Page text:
Hamptons Take 2 Doc Fest Turns 10

Opening today at Bay Street Theater in Sag Harbor
In East Hampton, Dr. Blake Kerr may be more known for brandishing a stethoscope than a light meter, but in “Eye of the Lammergeier” he directed a film about China’s military occupation of Tibet.

Now in its 10th year, the Hamptons Take 2 Documentary Film festival has grown from four films to 25, added a fifth day of free screenings, and created three new awards to enrich an already jam-packed program.

Opening today at Bay Street Theater in Sag Harbor and continuing through Monday, the festival will include such noteworthy films as Susan Froemke’s “The Opera House,” the history of New York’s Metropolitan Opera, which premiered at this year’s New York Film Festival and will be shown this evening at 8, and Friday night’s Spotlight Film, Susan Lacy’s “Spielberg,” an intimate portrait of one of cinema’s towering figures.

This year the Career Achievement Award will be presented to Liz Garbus, a two-time Emmy Award winner, whose credits include “Love, Marilyn,” “Bobby Fischer Against the World,” and “What Happened Miss Simone?” Starting Saturday evening at 7, a cocktail reception and ceremony will precede the screening of “Shooting Fire: Stories From the Edge of Free Speech,” which will be followed by a conversation between the filmmaker and her father, Martin Garbus, a noted First Amendment attorney.

The Academy Award-nominated filmmaker Helen Whitney will receive the Filmmaker’s Choice Award on Saturday morning at 11:30 prior to a screening of her film “Into the Night: Portraits of Life and Death,” in which people of all ages wrestle with the inevitability of death.

The Sunday Night Spotlight Film is Sabine Krayenbuehl and Zeva Oelbaum’s “Letters From Baghdad: The Story of Gertrude Bell and Iraq,” a documentary about the British archaeologist, explorer, and spy whose work in the Middle East during and after World War I played an important role in shaping the region. 

“The Killer Bees,” Ben and Orson Cummings’s exploration of the world of the renowned Bridgehampton High School basketball team as it prepares to defend its state championship title, is the festival’s closing night film, set for Monday at 7.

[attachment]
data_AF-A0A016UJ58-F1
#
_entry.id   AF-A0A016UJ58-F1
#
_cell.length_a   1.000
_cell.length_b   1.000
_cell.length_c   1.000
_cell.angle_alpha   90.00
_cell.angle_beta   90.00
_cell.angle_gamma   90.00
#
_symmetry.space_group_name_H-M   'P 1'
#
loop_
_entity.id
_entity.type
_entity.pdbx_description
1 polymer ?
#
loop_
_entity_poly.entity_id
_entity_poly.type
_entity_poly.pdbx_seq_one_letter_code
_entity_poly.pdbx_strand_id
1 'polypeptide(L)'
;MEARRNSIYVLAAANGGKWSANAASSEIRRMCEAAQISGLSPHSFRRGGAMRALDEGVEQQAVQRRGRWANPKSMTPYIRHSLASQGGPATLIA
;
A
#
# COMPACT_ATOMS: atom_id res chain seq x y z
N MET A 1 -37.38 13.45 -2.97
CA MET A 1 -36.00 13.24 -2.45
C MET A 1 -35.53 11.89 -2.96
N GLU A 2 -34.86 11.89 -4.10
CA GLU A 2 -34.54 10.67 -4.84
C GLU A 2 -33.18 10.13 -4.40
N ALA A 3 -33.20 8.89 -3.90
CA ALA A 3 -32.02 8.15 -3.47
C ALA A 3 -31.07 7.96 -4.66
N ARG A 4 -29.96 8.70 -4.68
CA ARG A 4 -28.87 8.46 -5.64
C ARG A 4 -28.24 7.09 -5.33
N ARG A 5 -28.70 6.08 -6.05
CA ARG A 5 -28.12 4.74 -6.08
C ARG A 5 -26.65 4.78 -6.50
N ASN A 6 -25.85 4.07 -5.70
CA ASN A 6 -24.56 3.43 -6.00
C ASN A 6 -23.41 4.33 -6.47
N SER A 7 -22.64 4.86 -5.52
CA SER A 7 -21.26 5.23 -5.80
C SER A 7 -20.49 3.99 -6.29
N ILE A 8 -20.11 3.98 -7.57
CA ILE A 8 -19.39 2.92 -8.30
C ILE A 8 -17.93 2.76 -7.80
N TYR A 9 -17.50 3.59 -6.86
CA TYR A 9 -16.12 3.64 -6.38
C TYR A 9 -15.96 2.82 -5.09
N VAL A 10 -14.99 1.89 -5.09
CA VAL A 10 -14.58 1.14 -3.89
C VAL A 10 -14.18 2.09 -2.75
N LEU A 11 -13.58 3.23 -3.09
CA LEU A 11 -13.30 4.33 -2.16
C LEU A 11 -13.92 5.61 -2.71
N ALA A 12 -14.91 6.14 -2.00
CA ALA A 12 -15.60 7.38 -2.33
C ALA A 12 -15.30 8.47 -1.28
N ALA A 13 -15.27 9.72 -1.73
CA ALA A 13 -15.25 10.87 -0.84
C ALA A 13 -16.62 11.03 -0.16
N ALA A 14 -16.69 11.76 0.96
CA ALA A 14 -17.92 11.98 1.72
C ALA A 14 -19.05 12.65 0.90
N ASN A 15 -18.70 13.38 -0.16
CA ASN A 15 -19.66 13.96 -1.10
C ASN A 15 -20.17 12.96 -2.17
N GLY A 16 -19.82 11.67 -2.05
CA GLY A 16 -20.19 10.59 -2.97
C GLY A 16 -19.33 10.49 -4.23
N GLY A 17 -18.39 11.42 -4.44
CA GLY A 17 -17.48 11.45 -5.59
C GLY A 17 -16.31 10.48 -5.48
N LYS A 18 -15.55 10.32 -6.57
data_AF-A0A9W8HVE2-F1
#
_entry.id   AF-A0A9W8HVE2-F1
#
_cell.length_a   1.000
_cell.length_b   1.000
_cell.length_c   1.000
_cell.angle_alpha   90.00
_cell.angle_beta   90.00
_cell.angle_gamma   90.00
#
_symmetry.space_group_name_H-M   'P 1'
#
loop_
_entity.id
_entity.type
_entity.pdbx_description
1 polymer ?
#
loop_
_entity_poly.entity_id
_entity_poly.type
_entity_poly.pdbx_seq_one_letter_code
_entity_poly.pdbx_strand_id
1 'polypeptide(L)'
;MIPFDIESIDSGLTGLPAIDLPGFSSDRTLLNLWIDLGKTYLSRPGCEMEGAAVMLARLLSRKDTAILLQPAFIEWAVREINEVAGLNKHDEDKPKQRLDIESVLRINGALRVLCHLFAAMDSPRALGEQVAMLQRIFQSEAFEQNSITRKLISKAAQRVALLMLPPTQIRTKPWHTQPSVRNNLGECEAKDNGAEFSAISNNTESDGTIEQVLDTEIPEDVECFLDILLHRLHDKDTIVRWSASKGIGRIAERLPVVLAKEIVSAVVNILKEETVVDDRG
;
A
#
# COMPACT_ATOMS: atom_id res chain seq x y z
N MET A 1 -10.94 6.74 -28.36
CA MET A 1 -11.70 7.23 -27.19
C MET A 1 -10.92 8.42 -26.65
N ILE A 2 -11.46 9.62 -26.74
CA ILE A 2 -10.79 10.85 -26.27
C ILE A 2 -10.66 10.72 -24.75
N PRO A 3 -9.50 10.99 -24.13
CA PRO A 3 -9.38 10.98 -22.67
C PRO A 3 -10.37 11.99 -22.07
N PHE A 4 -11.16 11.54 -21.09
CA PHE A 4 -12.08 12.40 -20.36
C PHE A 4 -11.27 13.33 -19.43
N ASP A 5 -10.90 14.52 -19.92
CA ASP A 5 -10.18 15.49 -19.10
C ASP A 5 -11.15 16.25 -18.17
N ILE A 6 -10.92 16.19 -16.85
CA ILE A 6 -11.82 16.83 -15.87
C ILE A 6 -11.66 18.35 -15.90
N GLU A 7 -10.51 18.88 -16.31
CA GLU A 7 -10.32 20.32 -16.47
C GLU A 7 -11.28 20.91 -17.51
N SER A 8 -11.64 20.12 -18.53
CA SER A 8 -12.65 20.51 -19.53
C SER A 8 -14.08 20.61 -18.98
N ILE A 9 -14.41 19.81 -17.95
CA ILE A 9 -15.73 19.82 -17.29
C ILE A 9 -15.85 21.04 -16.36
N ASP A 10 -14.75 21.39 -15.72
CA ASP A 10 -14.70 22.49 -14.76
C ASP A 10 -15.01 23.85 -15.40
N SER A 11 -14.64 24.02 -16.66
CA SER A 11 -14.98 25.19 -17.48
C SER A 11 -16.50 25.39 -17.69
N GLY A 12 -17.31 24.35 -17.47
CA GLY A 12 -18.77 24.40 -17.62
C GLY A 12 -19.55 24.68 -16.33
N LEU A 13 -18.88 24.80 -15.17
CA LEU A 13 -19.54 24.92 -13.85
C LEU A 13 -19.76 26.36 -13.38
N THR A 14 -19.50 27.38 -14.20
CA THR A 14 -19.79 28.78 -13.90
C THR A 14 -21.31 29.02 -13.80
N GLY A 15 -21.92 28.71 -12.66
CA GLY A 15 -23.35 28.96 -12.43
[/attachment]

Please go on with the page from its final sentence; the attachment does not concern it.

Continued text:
The festival’s new Breakout Director Award, which recognizes an original and exceptional vision, will go to Catherine Bainbridge, whose film “Rumble: The Indians Who Rock­ed the World” illuminates the contribution of Native Americans to rock and popular music history. 

Also new is the Sloane Shelton Human Rights Award, which honors courage in the face of social injustice. This year’s recipient is Josh Howard’s “The Lavender Scare,” a documentary about discrimination against government homosexuals in the 1950s.

The Hector Leonardi Art and Inspiration Award acknowledges a film that embraces the vibrancy of an artist whose work expanded our spirits and lives. Richard Kane will receive the award at the screening of “I Know a Man . . . Ashley Bryan,” a film about the 93-year-old African-American poet-illustrator, on Sunday at noon.

As usual, films engaging social and political issues predominate. Some focus on the challenges facing individuals, among them “Crazy,” Lise Zumwalt’s film about Eric, a young man diagnosed with schizophrenia who must choose between traditional mental health treatment and his own particular circumstances.

Emilie Bunnell’s “Bean” is the story of Alana and Lori, two young women who met on Tinder shortly before Alana learned she was suffering from lupus and needed a kidney transplant. When Lori learns she is a donor match and decides to give Alana a kidney, a casual meeting unexpectedly becomes one that will bind them and their families forever. 

In Ken Marsolais’s “The Bullish Farmer,” a Wall Street financier trades in his career after Sept. 11, 2001, for life as a farmer in upstate New York, only to find his dream of a simple agricultural life challenged by big agriculture.

Other films examine broader issues, among them Wade Gardner’s “Marvin Booker Was Murdered,” which focuses on the 2010 killing of a homeless man by five correctional guards in Denver. Nancy Buirski’s “The Rape of Recy Taylor” uses archival footage and interviews to tell the story of a 24-year-old African-American sharecropper who was abducted and raped by seven white men in Alabama in 1944.

“Acorn and the Firestorm” examines the attack on and ultimate destruction by Breitbart Media of ACORN, a national community-organizing group, during the contentious 2008 election year.

Laura Poitras, the Academy Award-winning director of “Citizenfour,” turns her attention in “Risk” to Julian Assange, the founder of WikiLeaks, while Blake Kerr, a Wainscott physician, examines China’s military occupation of Tibet and its impact on the people there in “Eye of the Lammergeier.”

The arts take center stage in “Close Harmony,” Nigel Noble’s Oscar-winning film about a fourth and fifth-grade chorus at Brooklyn Friends School that performs with elderly retirees at a Brooklyn Jewish Center; “The Last Dance,” Mirra Bank’s film about the collaboration between the Pilobolus dance company and Maurice Sendak; “The Way It Goes,” Lana Jokel’s film about the visual artist Nathan Slate Joseph, and “Anatomy of a Male Dancer,” a portrait of the Brazilian ballet star Marcela Gomes by David Barba and James Pellerito.

The festival will conclude Monday with a free community day sponsored by Douglas Elliman. No tickets will be required for “Eye of the Lammergeier” (2 p.m.), “I Know a Man . . . Ashley Bryan” (3:30 p.m.), “The Lavender Scare” (5 p.m.), or “Killer Bees” (7 p.m.). 

Tickets to most other programs are $15, $13 for senior citizens. Friday and Sunday night Spotlight films are $25, and tickets to Saturday night’s program are $50. Four-day passes are available for $150 on the festival’s website.

Ken Marsolais’s “The Bullish Farmer” follows a Wall Street denizen’s move upstate to start a farm using traditional practices.